Danny Lyon
[Photographer, b. 1942, New York, lives in Ulster County, New York.]

 [The people who run things] are so successful in the way they do it now. They could buy me off with a couple of vintage prints, they could have you do an ad, or give you a ribbon... In capitalist countries they reward artists because we’re ineffectual. 
 I feel totally responsible for what I see. I feel totally responsible for what I photograph. 
 The use of the camera has always been for me a tool of investigation, a reason to travel, to not mind my own business, and often to get into trouble. 
 The sign at the entrance to my gym locker room says, “no cell phones please, cell phones are cameras.” They are not. A camera is a Nikon or a Leica or Rolleiflex, and when you strike someone with one, they know they have been hit with something substantial.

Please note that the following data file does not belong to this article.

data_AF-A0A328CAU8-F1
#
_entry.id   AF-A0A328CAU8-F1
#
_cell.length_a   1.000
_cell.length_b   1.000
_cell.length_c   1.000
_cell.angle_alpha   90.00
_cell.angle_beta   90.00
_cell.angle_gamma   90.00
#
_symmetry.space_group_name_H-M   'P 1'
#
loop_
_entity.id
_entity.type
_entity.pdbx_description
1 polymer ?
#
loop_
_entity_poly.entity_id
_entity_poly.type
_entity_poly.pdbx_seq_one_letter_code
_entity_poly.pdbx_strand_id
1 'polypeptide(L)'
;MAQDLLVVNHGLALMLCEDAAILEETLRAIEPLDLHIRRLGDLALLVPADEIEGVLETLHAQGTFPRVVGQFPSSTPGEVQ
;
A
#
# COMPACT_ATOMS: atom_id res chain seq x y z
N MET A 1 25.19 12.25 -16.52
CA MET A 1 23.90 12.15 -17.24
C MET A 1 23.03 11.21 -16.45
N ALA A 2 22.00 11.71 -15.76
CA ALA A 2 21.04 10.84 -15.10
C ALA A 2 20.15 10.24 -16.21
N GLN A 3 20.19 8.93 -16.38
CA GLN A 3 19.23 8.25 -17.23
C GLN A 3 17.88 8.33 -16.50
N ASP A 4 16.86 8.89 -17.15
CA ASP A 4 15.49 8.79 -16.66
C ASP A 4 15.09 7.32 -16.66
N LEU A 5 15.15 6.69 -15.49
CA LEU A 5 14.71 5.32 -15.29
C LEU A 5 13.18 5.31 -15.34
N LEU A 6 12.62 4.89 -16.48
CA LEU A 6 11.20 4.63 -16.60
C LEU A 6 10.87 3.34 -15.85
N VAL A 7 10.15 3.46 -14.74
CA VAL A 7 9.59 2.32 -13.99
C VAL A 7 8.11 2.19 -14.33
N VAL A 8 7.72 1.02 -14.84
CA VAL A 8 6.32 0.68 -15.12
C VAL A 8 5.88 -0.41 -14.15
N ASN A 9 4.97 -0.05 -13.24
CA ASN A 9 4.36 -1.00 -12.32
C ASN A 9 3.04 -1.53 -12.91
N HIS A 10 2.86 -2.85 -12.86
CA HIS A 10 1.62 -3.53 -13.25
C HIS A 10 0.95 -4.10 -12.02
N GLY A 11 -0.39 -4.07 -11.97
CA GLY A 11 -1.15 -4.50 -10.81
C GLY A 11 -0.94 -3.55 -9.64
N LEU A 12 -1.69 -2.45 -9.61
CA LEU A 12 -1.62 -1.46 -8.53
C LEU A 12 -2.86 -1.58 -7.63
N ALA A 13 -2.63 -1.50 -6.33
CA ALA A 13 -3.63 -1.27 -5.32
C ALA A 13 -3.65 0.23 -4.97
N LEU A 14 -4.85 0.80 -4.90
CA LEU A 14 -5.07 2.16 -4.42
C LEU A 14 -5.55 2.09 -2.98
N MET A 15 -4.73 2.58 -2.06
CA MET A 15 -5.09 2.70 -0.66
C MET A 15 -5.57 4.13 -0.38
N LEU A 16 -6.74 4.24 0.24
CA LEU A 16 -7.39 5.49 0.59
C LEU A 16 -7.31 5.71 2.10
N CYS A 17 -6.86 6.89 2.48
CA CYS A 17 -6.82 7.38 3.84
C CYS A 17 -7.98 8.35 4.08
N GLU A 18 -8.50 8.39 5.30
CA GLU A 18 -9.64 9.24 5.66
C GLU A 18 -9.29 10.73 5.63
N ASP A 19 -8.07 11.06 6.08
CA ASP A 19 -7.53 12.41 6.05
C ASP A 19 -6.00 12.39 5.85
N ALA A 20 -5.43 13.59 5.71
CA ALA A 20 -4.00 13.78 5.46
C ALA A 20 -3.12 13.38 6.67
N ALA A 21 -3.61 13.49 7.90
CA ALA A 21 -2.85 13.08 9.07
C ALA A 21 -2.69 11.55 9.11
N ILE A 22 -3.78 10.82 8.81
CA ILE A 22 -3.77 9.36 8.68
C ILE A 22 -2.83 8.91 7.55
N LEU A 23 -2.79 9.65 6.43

The pictures do not ask you to “help” these people, but something much more difficult; to be briefly, intensely aware of their existence, an existence as real and significant as your own. 
 As a child I had been so afraid of so many things, but as soon as I held a camera in my hand, I began to expose myself to the very things that were foreign to me and that I had always feared. 
 I wanted to change history and preserve humanity. But in the process I changed myself and preserved my own. 
 You put a camera in my hand, I want to get close to people. Not physically close, emotionally close, all of it. It’s part of the process. It’s a very weird thing being a photographer. 
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